When it comes to your career, you can never be too connected. In today’s economy, especially, your relationships with professional contacts can help you uncover job leads and even land a new position. Many creatives are using professional and social networking sites such as LinkedIn and Facebook to stay in touch with members of their networks and enhance their job search.
However, the ease of connecting to others through these sites can lead to pitfalls, ranging from privacy concerns to online etiquette issues. Following are suggestions to keep in mind when using these ever-evolving online tools:
Mind your Online Manners
The casual atmosphere of online networking sites doesn’t mean you should forgo all formalities. How you approach individuals through these services can have a lasting impression. If you contact someone with whom you don’t have an existing relationship, for example, it’s best to establish rapport before asking for help with a job search or professional problem.
One of the most effective approaches is to ask a mutual acquaintance to reach out to someone you want to connect with on your behalf to make the introduction. Some networking websites even have a special feature that allows users to request an introduction to someone via a shared contact.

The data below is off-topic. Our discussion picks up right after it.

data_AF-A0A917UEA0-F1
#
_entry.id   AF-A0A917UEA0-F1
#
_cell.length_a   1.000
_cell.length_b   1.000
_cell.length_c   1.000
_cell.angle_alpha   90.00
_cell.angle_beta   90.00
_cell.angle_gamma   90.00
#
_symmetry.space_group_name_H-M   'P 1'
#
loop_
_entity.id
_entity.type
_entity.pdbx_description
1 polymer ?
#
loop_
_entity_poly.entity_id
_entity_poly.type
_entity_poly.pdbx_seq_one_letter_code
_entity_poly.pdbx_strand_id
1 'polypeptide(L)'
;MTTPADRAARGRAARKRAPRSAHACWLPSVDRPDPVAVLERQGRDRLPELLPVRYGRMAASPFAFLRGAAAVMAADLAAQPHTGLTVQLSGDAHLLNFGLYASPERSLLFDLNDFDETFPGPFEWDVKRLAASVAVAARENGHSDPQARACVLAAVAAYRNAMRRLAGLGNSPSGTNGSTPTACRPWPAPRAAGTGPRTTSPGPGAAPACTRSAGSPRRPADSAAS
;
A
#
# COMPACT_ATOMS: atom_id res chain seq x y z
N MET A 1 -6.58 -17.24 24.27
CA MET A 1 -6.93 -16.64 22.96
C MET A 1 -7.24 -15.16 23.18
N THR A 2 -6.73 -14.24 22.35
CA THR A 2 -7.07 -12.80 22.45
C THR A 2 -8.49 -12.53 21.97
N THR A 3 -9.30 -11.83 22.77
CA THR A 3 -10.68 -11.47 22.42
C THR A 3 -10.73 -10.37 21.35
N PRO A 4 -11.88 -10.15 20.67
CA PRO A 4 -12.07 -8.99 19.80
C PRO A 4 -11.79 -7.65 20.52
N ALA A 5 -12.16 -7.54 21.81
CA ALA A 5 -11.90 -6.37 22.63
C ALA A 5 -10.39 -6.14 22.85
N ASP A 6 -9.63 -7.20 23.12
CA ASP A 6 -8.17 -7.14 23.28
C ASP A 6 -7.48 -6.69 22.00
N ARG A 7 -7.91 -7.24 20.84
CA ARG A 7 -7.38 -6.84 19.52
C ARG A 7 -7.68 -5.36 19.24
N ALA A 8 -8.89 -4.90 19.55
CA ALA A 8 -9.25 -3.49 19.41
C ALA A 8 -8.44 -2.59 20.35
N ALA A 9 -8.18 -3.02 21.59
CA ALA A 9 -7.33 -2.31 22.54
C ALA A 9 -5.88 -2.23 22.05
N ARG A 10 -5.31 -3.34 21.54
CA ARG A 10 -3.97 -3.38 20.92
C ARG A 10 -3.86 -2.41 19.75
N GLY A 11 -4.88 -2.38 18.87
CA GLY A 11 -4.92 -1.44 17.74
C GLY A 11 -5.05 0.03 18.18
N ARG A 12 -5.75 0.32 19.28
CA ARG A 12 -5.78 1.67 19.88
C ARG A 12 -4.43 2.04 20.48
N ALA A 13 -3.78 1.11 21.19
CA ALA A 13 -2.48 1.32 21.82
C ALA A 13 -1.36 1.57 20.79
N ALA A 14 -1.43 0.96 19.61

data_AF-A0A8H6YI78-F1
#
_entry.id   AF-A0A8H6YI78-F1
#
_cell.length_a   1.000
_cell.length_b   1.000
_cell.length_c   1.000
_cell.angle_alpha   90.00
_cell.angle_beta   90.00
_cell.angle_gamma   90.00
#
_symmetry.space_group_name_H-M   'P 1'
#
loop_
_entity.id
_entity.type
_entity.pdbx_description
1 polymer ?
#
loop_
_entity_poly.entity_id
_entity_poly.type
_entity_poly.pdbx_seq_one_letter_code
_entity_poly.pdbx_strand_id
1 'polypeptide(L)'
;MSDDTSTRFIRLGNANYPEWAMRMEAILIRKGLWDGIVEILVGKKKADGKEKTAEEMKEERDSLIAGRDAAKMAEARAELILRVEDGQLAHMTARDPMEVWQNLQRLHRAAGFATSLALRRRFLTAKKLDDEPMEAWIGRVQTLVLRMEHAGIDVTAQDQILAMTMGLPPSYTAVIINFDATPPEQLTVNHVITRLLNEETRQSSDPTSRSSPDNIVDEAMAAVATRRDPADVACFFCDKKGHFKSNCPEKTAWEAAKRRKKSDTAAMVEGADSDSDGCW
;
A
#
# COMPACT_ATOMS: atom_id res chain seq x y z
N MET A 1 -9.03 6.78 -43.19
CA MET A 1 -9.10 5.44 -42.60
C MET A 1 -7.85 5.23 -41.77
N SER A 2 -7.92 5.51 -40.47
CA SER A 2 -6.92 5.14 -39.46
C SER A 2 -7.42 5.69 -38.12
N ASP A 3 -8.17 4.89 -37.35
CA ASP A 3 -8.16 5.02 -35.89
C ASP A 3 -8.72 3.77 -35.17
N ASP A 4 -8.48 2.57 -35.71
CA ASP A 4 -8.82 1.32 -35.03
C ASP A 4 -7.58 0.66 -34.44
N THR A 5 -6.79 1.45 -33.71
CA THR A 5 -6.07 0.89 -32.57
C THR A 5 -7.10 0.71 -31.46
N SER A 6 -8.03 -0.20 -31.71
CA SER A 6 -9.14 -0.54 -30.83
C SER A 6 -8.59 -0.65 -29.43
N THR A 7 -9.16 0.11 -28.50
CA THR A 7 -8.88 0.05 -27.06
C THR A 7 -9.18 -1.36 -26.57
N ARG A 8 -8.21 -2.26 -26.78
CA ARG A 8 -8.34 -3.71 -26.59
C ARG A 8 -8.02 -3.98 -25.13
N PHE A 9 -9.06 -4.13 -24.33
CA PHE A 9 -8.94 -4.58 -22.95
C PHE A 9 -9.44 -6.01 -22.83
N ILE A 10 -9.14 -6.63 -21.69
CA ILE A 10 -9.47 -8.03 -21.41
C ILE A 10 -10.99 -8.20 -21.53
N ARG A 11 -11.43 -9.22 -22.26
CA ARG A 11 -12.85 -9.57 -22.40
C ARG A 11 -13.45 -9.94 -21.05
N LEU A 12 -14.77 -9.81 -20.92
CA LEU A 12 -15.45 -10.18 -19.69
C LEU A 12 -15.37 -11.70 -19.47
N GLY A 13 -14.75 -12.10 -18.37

Choose your Friends Wisely
Be selective about accepting solicitations from people who ask you to join their network. Potential employers may reach out to your contacts during the reference check process, and you want to make sure everyone they speak with reflects well on you.
Also, you might consider keeping a strict boundary between your private and professional networks: Use LinkedIn for professional purposes and Facebook for personal use, for instance. If you engage in social networking for purely personal reasons, be sure your privacy settings are used effectively.
Get the Skinny on Yourself
Thanks to personal websites, blogs, social networking site profiles and newsgroup comments, it’s easy for potential employers to dig up information about you. Keep in mind that just one heated opinion you posted on a designer forum can come up in a search.
To see what a hiring manager may find out about you, conduct your own web search using your name on multiple search engines. If your name is common, refine the search by using your middle initial, alma mater or employer. If you unearth information that could hurt your professional credibility, contact the site’s owner or webmaster and ask that the content be removed. Also, if you find photos of yourself that are far from flattering — from your wild college days, for example — untag them.
For creative professionals, demonstrating your savvy with online networking sites is essential. Not only can these forums help you expand your base of contacts, but being familiar with the rules that govern their use could prove attractive to employers, which are increasingly developing marketing campaigns targeted to users.